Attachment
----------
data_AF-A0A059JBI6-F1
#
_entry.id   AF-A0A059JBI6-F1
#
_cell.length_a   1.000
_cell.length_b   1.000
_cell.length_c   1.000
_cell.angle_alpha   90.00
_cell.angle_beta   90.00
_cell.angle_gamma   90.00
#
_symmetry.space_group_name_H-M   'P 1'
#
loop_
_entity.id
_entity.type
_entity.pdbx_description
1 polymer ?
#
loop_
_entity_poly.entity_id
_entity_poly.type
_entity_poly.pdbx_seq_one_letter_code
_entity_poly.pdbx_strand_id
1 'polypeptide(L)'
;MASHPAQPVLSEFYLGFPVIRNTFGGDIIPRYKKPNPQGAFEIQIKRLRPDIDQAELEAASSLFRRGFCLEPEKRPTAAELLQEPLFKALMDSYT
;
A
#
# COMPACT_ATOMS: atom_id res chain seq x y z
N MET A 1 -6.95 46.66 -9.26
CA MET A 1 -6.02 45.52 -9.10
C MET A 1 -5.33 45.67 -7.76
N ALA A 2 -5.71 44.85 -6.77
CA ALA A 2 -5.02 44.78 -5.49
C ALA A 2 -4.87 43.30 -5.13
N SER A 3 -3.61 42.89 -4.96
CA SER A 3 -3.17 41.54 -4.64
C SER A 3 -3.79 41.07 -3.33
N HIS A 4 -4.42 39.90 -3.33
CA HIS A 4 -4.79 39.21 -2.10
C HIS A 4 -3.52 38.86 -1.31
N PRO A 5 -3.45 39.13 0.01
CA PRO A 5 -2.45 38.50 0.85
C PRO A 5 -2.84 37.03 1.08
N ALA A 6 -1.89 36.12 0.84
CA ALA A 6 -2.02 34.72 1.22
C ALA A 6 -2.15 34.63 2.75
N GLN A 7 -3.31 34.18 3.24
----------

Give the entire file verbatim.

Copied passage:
data_AF-A0A059JBI6-F1
#
_entry.id   AF-A0A059JBI6-F1
#
_cell.length_a   1.000
_cell.length_b   1.000
_cell.length_c   1.000
_cell.angle_alpha   90.00
_cell.angle_beta   90.00
_cell.angle_gamma   90.00
#
_symmetry.space_group_name_H-M   'P 1'
#
loop_
_entity.id
_entity.type
_entity.pdbx_description
1 polymer ?
#
loop_
_entity_poly.entity_id
_entity_poly.type
_entity_poly.pdbx_seq_one_letter_code
_entity_poly.pdbx_strand_id
1 'polypeptide(L)'
;MASHPAQPVLSEFYLGFPVIRNTFGGDIIPRYKKPNPQGAFEIQIKRLRPDIDQAELEAASSLFRRGFCLEPEKRPTAAELLQEPLFKALMDSYT
;
A
#
# COMPACT_ATOMS: atom_id res chain seq x y z
N MET A 1 -6.95 46.66 -9.26
CA MET A 1 -6.02 45.52 -9.10
C MET A 1 -5.33 45.67 -7.76
N ALA A 2 -5.71 44.85 -6.77
CA ALA A 2 -5.02 44.78 -5.49
C ALA A 2 -4.87 43.30 -5.13
N SER A 3 -3.61 42.89 -4.96
CA SER A 3 -3.17 41.54 -4.64
C SER A 3 -3.79 41.07 -3.33
N HIS A 4 -4.42 39.90 -3.33
CA HIS A 4 -4.79 39.21 -2.10
C HIS A 4 -3.52 38.86 -1.31
N PRO A 5 -3.45 39.13 0.01
CA PRO A 5 -2.45 38.50 0.85
C PRO A 5 -2.84 37.03 1.08
N ALA A 6 -1.89 36.12 0.84
CA ALA A 6 -2.02 34.72 1.22
C ALA A 6 -2.15 34.63 2.75
N GLN A 7 -3.31 34.18 3.24